As far as office hours... as we used to say to new ameriprise recruits... only financial advisors take a 30 hour a week job and stretch into 60 hours. dont get into the mindset of office hours... most of it is bs time if you are not doing.

i guarantee you, if you have 20 hours a week of face time with people... you will be at the top of the game. As far as my wirehouse experience... no one gave a hoot where you were if you were producing.

if you are producing 250k first year standing in the middles of times square... by all means.

Nov 25, 2009 7:11 am

i use "office time" to denote time spent on the phone cold calling. i think thats where the discrepancy is - i guess you guys use other methods of prospecting that sort of blur the line between time spent working and not working. so, how do you get clients? i hate to get dragged into doing too much "networking", it just feels like harassing the people you know and trying to meet new people under false pretenses.

Nov 25, 2009 7:17 am
twoeyeguy:

i use "office time" to denote time spent on the phone cold calling. i think thats where the discrepancy is - i guess you guys use other methods of prospecting that sort of blur the line between time spent working and not working. so, how do you get clients? i hate to get dragged into doing too much "networking", it just feels like harassing the people you know and trying to meet new people under false pretenses.


 
Pleasing methods versus pleasing results
 
Read "The Common Denominator of Success"
Nov 25, 2009 9:04 am

Spell seriously correctly and work 60-70 hours per week and you might have a chance.  I'm working 7 to 7 or 8 during the week and Saturday half day.

Nov 25, 2009 9:06 am

I saw a bio on the guys who started ben and jerrys, they worked 16 hour days when they first started.  You don't have to work a lot but you will fail.  Anyone who built a business had to work hard to get it started.

Nov 25, 2009 9:34 am
NewRep17:

Spell seriously correctly and work 60-70 hours per week and you might have a chance.  I'm working 7 to 7 or 8 during the week and Saturday half day.



 
 
Do you realize that you used poor grammar in your attempt to criticize poor spelling?
Nov 25, 2009 10:48 am
ccmachine:

count on working 12 hour days monday thru thursday and 6 hours on saturday if you're serious about the business.  without knowing anything about you, i hope that you have connections this is an incredibly difficult business to start from scratch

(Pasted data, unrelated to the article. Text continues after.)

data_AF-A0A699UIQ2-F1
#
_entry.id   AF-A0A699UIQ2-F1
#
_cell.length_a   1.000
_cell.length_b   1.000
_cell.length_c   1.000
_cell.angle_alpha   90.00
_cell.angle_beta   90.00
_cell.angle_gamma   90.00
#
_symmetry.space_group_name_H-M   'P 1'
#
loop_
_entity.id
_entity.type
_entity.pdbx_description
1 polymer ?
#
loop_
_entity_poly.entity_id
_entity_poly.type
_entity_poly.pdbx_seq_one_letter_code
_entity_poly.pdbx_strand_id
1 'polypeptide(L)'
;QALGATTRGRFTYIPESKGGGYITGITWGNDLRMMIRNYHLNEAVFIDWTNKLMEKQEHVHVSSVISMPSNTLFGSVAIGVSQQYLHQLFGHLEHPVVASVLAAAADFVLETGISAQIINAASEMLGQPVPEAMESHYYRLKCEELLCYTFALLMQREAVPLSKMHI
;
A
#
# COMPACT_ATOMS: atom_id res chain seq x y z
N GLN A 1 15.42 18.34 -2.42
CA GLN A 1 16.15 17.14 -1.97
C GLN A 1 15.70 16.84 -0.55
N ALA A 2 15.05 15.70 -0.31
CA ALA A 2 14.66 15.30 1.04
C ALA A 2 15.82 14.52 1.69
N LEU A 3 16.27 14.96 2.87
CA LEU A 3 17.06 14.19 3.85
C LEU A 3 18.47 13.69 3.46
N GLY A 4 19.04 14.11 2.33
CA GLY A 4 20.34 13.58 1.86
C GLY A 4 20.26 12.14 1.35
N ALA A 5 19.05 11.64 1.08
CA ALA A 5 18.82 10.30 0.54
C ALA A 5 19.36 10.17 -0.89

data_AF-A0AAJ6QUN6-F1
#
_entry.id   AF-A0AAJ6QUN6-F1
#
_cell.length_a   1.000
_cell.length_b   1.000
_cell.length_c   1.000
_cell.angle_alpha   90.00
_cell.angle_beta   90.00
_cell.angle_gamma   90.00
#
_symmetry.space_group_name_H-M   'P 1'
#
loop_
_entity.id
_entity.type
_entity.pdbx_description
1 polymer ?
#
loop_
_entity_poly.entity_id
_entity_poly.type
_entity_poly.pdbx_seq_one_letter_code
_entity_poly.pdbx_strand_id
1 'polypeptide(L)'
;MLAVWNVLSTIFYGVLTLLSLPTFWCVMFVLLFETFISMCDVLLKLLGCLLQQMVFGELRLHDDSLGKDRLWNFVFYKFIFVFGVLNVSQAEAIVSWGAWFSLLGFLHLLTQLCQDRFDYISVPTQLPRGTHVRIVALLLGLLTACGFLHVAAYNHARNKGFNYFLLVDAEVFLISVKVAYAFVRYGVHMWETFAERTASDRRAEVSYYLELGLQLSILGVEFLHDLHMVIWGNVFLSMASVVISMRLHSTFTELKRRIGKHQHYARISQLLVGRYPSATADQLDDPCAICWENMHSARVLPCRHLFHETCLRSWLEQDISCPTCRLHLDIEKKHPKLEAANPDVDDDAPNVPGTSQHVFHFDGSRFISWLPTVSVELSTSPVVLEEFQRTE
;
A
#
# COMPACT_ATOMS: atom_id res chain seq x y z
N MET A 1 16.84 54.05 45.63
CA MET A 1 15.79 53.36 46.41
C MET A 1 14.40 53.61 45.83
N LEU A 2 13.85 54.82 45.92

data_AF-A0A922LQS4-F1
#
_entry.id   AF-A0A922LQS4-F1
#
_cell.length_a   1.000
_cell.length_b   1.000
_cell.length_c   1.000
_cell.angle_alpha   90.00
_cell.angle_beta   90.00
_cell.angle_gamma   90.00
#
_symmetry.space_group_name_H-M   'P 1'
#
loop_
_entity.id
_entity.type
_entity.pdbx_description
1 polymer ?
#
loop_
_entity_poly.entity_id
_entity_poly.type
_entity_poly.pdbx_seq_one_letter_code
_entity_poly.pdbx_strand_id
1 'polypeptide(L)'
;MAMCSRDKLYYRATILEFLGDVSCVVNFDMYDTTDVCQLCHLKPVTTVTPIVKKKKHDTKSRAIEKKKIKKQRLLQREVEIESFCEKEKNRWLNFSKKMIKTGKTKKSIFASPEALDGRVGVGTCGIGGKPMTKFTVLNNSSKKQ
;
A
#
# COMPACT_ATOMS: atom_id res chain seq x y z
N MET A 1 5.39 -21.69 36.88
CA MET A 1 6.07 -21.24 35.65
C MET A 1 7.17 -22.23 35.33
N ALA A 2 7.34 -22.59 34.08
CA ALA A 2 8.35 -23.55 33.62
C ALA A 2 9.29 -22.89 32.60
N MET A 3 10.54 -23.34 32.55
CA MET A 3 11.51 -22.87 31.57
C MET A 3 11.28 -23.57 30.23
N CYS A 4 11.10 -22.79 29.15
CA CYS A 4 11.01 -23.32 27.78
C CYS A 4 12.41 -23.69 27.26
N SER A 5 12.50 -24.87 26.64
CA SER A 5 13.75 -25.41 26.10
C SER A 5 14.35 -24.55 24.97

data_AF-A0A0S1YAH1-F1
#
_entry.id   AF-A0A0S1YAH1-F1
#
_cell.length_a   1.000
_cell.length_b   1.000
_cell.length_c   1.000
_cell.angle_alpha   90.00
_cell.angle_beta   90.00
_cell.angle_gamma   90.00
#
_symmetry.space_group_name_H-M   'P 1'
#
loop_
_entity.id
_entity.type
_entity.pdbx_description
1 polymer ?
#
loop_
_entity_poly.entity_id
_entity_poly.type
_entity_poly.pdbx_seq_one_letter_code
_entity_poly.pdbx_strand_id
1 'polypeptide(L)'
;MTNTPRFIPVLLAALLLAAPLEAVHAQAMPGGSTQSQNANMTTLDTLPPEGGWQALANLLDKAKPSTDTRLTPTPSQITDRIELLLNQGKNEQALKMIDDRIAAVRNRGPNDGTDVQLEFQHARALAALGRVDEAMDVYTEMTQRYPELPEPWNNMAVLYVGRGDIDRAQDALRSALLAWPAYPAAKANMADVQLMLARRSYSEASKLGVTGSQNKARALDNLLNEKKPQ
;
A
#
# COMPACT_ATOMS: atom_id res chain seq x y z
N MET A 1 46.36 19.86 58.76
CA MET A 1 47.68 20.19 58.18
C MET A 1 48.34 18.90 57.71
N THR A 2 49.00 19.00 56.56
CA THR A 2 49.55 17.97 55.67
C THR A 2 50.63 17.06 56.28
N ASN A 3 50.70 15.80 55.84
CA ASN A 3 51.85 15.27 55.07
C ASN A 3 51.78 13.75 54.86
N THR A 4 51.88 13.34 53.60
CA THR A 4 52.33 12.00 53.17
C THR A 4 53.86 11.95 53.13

i think this isa little bit of a bold statement.  not the 12 hour days part, i agree 7 to 7 or even 7-9 1-2 nights a week isn't far fetched.  However, building a business from scratch is difficult but not impossible.  Every business is hard to build but if your persistant you'll be fine.  You'll feel more successful building a book from scratch rather than taking hand me down clients.  At least thats how it was for me.
Nov 25, 2009 11:12 am

IMHO, it's not about how many hours you work, but what you do with those hours.  Some people just have the "it" factor.  UNless you are some sort of cold-calling machine, msot people are not prospecting 12 hours a day after the first year or so.  It's just not logical.  When are you meeting clients?  When are you networking?  When are you talking to CPA's and developing relationships?  Yes, there are some out there (i.e. BondGuy) that can build awesome businesses cold calling and not knowing the people on the other end of the phone.  Most of us don't do that.  Personally, I just don't want to.  I get no satisfaction out of it whatsoever.  Ultimately, this is a relationship business.  The more relationships you can foster, the better you will do.  Networking works, but only when done the right way, and not as your ONLY method.  Networking should be started from day 1, so that those relationships start to pay off in years 3,4,5+.  Networking should not be a substitute for cold calling.  I think that's where people fall down.  Networking is relationship building.  Cold calling is selling.  You have to strike a balance between different methods early on, with an emphasis on direct selling methods (cold calling, cold walking, seminars), while building relationships for the long haul.  But you need those quick early sales to keep yourself solvent and employed.

Nov 25, 2009 11:19 am

I worked 60+ hours per week for the first two years.

I now work 45-50 hours per week.
Nov 25, 2009 12:00 pm

You gettin advice about working hard from fools that post on message boards during business hours.  Now that's funny right there.